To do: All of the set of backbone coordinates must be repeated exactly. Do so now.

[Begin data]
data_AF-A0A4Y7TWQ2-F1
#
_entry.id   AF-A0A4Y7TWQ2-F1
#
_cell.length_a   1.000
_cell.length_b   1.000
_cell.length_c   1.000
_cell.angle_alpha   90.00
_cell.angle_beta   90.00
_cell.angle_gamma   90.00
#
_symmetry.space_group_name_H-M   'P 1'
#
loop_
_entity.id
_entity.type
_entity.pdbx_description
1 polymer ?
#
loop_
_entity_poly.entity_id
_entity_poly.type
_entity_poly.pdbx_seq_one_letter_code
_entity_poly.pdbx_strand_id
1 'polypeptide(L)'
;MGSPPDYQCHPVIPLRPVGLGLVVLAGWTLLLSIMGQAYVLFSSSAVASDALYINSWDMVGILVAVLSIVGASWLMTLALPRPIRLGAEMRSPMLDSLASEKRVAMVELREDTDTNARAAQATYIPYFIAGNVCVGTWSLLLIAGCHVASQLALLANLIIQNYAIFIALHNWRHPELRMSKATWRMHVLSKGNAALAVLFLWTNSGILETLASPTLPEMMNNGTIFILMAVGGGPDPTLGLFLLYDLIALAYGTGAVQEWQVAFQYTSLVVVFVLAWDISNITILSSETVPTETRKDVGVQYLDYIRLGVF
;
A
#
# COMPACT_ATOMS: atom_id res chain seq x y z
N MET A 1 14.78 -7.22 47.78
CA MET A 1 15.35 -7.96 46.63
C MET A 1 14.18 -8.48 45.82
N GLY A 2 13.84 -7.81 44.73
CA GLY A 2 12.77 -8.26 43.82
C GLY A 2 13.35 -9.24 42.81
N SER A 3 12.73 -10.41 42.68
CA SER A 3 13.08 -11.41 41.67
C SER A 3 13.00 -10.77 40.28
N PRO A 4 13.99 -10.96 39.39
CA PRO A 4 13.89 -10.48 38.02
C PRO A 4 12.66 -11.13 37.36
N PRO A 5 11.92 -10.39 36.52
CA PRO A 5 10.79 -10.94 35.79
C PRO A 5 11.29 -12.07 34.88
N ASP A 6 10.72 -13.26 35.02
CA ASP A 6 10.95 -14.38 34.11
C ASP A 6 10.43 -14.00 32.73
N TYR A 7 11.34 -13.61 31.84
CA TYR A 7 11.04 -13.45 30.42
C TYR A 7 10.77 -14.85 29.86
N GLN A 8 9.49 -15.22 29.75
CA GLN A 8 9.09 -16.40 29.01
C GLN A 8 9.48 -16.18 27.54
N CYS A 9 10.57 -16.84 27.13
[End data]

data_AF-A0A4Y7TWQ2-F1
#
_entry.id   AF-A0A4Y7TWQ2-F1
#
_cell.length_a   1.000
_cell.length_b   1.000
_cell.length_c   1.000
_cell.angle_alpha   90.00
_cell.angle_beta   90.00
_cell.angle_gamma   90.00
#
_symmetry.space_group_name_H-M   'P 1'
#
loop_
_entity.id
_entity.type
_entity.pdbx_description
1 polymer ?
#
loop_
_entity_poly.entity_id
_entity_poly.type
_entity_poly.pdbx_seq_one_letter_code
_entity_poly.pdbx_strand_id
1 'polypeptide(L)'
;MGSPPDYQCHPVIPLRPVGLGLVVLAGWTLLLSIMGQAYVLFSSSAVASDALYINSWDMVGILVAVLSIVGASWLMTLALPRPIRLGAEMRSPMLDSLASEKRVAMVELREDTDTNARAAQATYIPYFIAGNVCVGTWSLLLIAGCHVASQLALLANLIIQNYAIFIALHNWRHPELRMSKATWRMHVLSKGNAALAVLFLWTNSGILETLASPTLPEMMNNGTIFILMAVGGGPDPTLGLFLLYDLIALAYGTGAVQEWQVAFQYTSLVVVFVLAWDISNITILSSETVPTETRKDVGVQYLDYIRLGVF
;
A
#
# COMPACT_ATOMS: atom_id res chain seq x y z
N MET A 1 14.78 -7.22 47.78
CA MET A 1 15.35 -7.96 46.63
C MET A 1 14.18 -8.48 45.82
N GLY A 2 13.84 -7.81 44.73
CA GLY A 2 12.77 -8.26 43.82
C GLY A 2 13.35 -9.24 42.81
N SER A 3 12.73 -10.41 42.68
CA SER A 3 13.08 -11.41 41.67
C SER A 3 13.00 -10.77 40.28
N PRO A 4 13.99 -10.96 39.39
CA PRO A 4 13.89 -10.48 38.02
C PRO A 4 12.66 -11.13 37.36
N PRO A 5 11.92 -10.39 36.52
CA PRO A 5 10.79 -10.94 35.79
C PRO A 5 11.29 -12.07 34.88
N ASP A 6 10.72 -13.26 35.02
CA ASP A 6 10.95 -14.38 34.11
C ASP A 6 10.43 -14.00 32.73
N TYR A 7 11.34 -13.61 31.84
CA TYR A 7 11.04 -13.45 30.42
C TYR A 7 10.77 -14.85 29.86
N GLN A 8 9.49 -15.22 29.75
CA GLN A 8 9.09 -16.40 29.01
C GLN A 8 9.48 -16.18 27.54
N CYS A 9 10.57 -16.84 27.13